He stated that the Act infringes rights en masse.

Next, Mr. Subramanium addressed Justice Chandrachud’s statement on mobilization during the previous hearing wherein he mentioned that the right to freely mobilize is part of democracy. He stated that the Act impairs people from freely mobilizing and therefore constitutes an invasion.

He further submitted that the Act’s contemplation of ubiquity is contrary to the constitutional goal of self-actualization, which was upheld in the Subramanian Swamy case.

He further stated that the entire authentication is based on algorithms, the behavior of which can’t be predicted by the state. He also submitted that rights and entitlements can’t be subject to the vicissitudes of probability as the Constitution guarantees against vicissitudes and does not enable them. He also complemented Senior Counsel Shyam Divan for establishing the potentiality of surveillance of the Act and pointed out how it would impose restrictions on the citizens and stated that such restriction per se is a violation.

He submitted that if all of the points are looked at cumulatively, it is clear that the project is architecturally unconstitutional.

Next, he referred to the Puttuswamy judgment and pointed out that the golden thread in Ar.14, 19, and 21 is dignity with two hand maidens of liberty and privacy. He submitted that any law should be compatible with this golden thread. He stated that while juxtaposing technology with constitutional prism (comprising of dignity, liberty, and privacy), in an interconnected world brought about by technological advancements we should still observe constitutional prism. He argued that we can’t have discrete silos of information of human relations connected to a technological apparatus.

He then referred to Justice Chandrachud’s judgment in the Puttuswamy case wherein he stated that privacy is concomitant to the right to control personality. In furtherance of it, he stated that existential identity means the identity for survival and pointed out that it can become transactional and even then it’s protected as an inalienable right under Ar.19.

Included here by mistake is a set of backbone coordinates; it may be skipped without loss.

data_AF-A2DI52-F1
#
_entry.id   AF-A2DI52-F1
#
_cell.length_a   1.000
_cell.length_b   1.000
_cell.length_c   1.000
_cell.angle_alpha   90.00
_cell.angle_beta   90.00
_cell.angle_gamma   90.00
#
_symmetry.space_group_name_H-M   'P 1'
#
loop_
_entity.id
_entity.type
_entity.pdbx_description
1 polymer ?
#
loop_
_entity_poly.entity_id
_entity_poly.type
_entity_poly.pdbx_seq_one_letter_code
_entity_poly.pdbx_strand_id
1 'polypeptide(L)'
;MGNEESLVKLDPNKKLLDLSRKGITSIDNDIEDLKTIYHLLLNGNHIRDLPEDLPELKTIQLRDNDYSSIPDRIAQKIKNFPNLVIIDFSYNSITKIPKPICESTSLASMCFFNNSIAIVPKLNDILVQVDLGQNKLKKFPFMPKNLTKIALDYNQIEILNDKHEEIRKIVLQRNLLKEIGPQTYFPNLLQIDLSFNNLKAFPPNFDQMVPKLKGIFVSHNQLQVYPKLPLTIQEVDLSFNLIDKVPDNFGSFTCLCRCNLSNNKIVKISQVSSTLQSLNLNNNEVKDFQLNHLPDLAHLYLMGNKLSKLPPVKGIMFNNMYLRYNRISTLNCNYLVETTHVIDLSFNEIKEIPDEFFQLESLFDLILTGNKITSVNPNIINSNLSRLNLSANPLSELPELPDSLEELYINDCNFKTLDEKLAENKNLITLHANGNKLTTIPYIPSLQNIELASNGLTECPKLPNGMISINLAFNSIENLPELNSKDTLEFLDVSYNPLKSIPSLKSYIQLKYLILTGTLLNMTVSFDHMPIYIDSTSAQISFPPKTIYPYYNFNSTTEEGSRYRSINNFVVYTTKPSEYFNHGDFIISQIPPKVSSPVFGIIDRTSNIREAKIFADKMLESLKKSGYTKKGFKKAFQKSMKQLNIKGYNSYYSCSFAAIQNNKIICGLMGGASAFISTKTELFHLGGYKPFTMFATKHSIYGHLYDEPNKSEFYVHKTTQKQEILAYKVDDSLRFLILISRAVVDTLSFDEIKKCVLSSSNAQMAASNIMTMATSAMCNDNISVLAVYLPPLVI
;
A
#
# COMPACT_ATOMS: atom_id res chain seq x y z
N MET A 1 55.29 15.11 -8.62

He stated that exclusion is tantamount to discrimination and that any act that results in discrimination is not justifiable.

He, next, referred to the relevant portion of the Puttuswamy judgment that reaffirms Justice Lahoti’s judgment in Distt. Registrar & Collector, Hyderabad & Anr. V. Canara Bank Etc. and emphasized on informational privacy that was upheld in the case.

He then submitted that identification of an individual through a number is destruction of dignity.

He further referred to Puttuswamy judgment and submitted that right to privacy is an element of human dignity. He then discussed Behram Khurshed Pesikaka v. The State Of Bombay and submitted that constitutional rights cannot be waived. He also pointed out that consent is of no relevance here as no one can be fully informed of the workings of algorithm.

Referring to various judgments from different jurisdictions, he submitted that the act of dispassionate, mandatory, and homogenous identification amounts to destruction of dignity.

The hearing will continue on Wednesday (21/02).